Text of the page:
All Christians are on a journey of faith. Here are some personal stories of how people have come to faith and are continuing to grow in faith.
Hi, my name is Penny, and since 1976 my life has been an adventure of learning more and more about God, faith and his unconditional love for me. I went to Sunday School and church as a child but although I believed in God and Jesus, I didn't realise that to be a Christian was about a relationship.
Briefly, I married in 1969 but was widowed shortly after. Sometime later I met a widower with a little girl and we eventually married and went on to have a son and another daughter. I still believed in God and we married in church but didn't go regularly and it wasn't until I went into hospital in 1976 that things began to change.
Waiting to go to surgery, afraid of the anaesthetic, I picked up a Gideon's Bible from the hospital locker and started to read all the verses in there about fear and anxiety. I started to pray and suddenly I had this overwhelming feeling of being wrapped in loving arms by Father God and knowing that he was in control and all I had to do was trust him. I had entered into that relationship with him.
Since then life has had its ups and downs. I received healing for the grief I had buried after the death of my first husband and learned how to minister healing to others through the power of God. He brought me through when my husband walked out on our marriage after 19 years and has been close to me recently through two operations as well as chemotherapy and radiotherapy for breast cancer.
You may be asking why, since I have been an active Christian serving God and people for the last 38 years, has God allowed this to happen? My answer is this; we live in a broken world, broken since humankind first decided to disobey God and as a Christian I am as vulnerable as the next person. The difference is God has been with me throughout my life and since I turned to him all those years ago he has given me the strength and faith to face anything, including death. This is because deep in my heart I know the truth of his promise of eternal life.
Don't get me wrong, I have my struggles and times when he feels a long way off but, if I turn to God, pray and then listen, (I have learnt that this is the most important part), he will show me what to do next. Sometimes I have to wait a while but he is always faithful.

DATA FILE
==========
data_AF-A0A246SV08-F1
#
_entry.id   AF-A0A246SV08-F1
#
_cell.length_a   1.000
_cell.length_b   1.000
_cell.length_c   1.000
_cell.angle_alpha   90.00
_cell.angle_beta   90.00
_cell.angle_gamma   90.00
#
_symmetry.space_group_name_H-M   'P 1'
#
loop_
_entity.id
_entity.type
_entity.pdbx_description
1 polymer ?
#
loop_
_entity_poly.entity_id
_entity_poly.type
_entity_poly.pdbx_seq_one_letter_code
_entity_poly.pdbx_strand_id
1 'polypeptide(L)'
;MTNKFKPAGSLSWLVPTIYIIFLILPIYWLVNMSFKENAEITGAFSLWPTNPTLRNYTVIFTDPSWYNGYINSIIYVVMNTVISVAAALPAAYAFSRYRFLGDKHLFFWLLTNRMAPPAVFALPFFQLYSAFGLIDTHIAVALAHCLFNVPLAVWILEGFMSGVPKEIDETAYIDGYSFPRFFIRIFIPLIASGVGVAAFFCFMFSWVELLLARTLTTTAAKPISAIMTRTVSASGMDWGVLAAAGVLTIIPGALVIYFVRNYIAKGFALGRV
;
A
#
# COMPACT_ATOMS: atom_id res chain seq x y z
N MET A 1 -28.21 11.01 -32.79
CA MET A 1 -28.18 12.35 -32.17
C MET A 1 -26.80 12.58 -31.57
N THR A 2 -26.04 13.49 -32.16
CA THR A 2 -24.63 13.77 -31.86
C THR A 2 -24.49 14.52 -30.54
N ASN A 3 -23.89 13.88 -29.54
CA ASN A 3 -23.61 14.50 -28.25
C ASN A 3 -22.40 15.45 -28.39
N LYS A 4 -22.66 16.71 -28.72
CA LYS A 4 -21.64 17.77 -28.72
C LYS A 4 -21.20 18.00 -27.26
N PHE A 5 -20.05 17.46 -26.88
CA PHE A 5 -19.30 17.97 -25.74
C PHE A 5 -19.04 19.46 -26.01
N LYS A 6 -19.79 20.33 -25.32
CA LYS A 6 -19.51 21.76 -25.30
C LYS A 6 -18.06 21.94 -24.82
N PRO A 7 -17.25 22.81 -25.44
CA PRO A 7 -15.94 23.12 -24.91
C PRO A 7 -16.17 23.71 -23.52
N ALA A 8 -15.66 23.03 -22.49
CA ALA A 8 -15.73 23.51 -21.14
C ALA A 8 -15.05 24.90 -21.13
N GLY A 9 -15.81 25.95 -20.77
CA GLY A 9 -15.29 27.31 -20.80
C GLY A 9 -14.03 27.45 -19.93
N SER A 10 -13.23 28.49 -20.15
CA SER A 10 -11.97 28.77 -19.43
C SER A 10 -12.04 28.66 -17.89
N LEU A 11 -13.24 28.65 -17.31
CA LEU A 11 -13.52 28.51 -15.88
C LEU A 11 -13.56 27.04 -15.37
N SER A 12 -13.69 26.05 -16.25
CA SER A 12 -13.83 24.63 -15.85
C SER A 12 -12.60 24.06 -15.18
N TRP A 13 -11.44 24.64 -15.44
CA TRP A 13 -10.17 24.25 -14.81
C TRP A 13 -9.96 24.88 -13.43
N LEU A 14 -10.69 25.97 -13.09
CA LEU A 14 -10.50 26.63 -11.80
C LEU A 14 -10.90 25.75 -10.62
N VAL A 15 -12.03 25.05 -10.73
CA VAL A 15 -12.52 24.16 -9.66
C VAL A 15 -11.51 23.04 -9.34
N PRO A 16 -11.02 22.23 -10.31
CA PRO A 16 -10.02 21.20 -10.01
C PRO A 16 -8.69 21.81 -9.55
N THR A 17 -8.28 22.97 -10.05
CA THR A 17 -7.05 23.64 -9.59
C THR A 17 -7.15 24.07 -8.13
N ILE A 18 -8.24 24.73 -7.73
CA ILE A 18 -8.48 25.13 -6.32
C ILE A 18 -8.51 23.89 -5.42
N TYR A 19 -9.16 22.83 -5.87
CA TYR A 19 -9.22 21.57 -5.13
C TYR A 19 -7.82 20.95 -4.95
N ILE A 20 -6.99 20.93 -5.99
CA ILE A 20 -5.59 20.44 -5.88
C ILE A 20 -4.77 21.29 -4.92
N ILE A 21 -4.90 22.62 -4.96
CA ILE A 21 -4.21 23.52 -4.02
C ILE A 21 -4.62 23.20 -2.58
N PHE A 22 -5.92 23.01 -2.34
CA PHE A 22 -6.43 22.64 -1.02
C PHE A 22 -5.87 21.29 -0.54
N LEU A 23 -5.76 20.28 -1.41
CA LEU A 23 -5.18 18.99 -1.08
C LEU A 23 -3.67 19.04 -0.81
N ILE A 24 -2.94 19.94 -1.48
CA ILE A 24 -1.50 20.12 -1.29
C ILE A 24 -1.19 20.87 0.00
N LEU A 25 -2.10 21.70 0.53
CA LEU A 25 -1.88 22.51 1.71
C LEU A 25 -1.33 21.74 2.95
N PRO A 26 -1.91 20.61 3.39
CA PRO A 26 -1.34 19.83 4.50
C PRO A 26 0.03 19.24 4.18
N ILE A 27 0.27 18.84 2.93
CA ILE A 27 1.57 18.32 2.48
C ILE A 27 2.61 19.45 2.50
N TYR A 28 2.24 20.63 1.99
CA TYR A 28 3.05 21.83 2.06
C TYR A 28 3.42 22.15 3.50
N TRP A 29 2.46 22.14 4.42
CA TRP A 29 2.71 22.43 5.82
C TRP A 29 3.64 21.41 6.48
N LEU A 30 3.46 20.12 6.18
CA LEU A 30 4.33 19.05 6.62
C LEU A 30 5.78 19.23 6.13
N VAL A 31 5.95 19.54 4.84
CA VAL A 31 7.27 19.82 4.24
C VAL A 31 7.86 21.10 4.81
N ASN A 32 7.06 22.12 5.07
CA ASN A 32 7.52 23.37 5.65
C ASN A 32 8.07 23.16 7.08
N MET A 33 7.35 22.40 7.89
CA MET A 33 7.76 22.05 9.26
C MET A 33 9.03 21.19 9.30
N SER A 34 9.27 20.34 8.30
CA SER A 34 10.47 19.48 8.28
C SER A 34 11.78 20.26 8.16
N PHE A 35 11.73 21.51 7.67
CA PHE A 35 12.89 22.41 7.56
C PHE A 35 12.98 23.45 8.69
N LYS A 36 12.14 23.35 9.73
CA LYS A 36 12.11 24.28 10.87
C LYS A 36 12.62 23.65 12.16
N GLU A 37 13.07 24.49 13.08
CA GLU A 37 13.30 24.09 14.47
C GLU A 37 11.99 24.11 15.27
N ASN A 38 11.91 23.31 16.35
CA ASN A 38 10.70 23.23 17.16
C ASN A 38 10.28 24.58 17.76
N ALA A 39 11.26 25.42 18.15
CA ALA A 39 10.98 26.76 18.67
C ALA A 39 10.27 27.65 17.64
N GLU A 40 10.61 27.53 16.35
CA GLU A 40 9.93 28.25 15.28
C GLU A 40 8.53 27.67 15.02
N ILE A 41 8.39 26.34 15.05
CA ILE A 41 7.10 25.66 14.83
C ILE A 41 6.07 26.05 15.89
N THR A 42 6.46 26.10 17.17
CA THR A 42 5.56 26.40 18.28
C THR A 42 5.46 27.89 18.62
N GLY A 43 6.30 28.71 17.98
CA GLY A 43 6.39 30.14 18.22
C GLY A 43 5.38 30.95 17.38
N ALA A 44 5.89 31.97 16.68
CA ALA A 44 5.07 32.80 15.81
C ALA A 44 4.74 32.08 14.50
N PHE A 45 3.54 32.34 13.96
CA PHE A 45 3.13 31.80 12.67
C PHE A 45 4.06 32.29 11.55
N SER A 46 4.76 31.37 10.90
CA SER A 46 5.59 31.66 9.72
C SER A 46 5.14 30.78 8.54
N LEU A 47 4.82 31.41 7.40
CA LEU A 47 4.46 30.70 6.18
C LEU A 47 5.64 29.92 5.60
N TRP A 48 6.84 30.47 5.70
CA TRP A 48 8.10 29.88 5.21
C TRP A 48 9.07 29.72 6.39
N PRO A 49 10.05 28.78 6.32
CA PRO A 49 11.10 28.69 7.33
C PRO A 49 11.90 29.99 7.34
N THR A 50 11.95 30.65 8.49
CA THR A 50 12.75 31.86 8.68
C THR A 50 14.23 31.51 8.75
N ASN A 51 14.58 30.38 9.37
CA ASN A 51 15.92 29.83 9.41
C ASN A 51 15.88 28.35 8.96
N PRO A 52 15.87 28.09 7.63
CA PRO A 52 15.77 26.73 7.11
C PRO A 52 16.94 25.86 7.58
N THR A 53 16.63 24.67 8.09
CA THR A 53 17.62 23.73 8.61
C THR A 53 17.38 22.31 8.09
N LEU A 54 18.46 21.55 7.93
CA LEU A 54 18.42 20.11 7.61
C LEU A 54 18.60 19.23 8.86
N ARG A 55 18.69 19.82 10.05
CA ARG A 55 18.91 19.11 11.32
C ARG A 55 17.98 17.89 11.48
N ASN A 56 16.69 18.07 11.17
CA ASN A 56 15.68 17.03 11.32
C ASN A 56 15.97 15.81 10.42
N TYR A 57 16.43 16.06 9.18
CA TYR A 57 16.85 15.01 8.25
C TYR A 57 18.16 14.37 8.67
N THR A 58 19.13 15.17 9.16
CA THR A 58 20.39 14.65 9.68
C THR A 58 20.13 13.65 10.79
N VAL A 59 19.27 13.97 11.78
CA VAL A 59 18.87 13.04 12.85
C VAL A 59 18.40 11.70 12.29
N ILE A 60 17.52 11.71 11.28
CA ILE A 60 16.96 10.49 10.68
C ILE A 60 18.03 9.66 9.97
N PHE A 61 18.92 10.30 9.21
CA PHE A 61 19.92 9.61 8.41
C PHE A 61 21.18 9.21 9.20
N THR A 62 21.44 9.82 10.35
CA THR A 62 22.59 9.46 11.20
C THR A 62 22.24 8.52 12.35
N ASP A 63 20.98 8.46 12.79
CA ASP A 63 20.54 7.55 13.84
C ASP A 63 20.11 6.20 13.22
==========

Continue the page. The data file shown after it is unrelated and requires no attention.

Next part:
Lastly, I want to say that 12 years ago when I moved to Derby and was wondering which church to go to, 3 different people I met said, "Why don't you try Barney's?" God speaks to me through other Christians sometimes and I felt he was speaking then. I went along and found a group of people who welcomed me warmly, who didn't judge me for being divorced and after time spent getting to know me encouraged me to use my God-given gifts and talents. Now I lead a morning service about once a month; I belong to a great house group, a Pastoral Care Team and get involved in other ways. And have a lot of fun and friendship!
During my health issues of the past 15 months people couldn't have been more caring and supportive, visiting me, bringing me meals, flowers and other gifts and praying with and for me regularly. I wouldn't want to be part of any other church; it is my other 'family'.
My childhood home was in London, and on leaving school I joined the Royal Navy. Only after some years in the Navy did I learn of God's love and grace in giving Jesus to die on the cross for my sin. At the same time I was challenged by Philippians 4,6-7, that my worries about my responsibilities showed I was not fully trusting God, and I handed my whole life over to Him.
Looking back, I realised I had never heard the gospel in a Church of England church (still sadly possible in some churches today), and I came to believe God was calling me to do my bit to remedy that, by preaching and teaching the gospel in the Anglican church. God confirmed this to me through Ezekiel 33,1-9, and Luke 10,2-3. I was allowed to leave the Royal Navy to train for ordination, and went to a residential theological college before becoming a curate in a Lancashire parish.
From there I offered myself to the Overseas Missionary Fellowship (OMF) to serve in an Anglican church in Malaysia. First I had to attend the OMF candidates' course in London, and there I met my wife Sheila, another candidate. We became engaged shortly after the end of that course, and married at the end of the language course in Singapore. I took charge of a Chinese congregation in Malaysia, but we could not get our visas renewed, and had to leave after four years. A period of homelessness and uncertainty ended with a clear call to a parish in Liverpool, whence we later moved to a parish in Gloucestershire, and from there we retired.
God has moved us around a bit in our retirement, but in the summer of 2013 we joined St.Barnabas church, because we sensed God is in the midst, and we feel loved and supported by a very friendly and caring congregation.
I don't come from a church going family. All my early learning of God came from my school assemblies. I used to think 'you don't need to go to church to believe in God.'
I started going to St Barnabas after I married my husband, Andy, who did come from a church going family. As soon as we entered the church, we were warmly greeted and were pleasantly surprised by the friendly atmosphere, and so my journey started…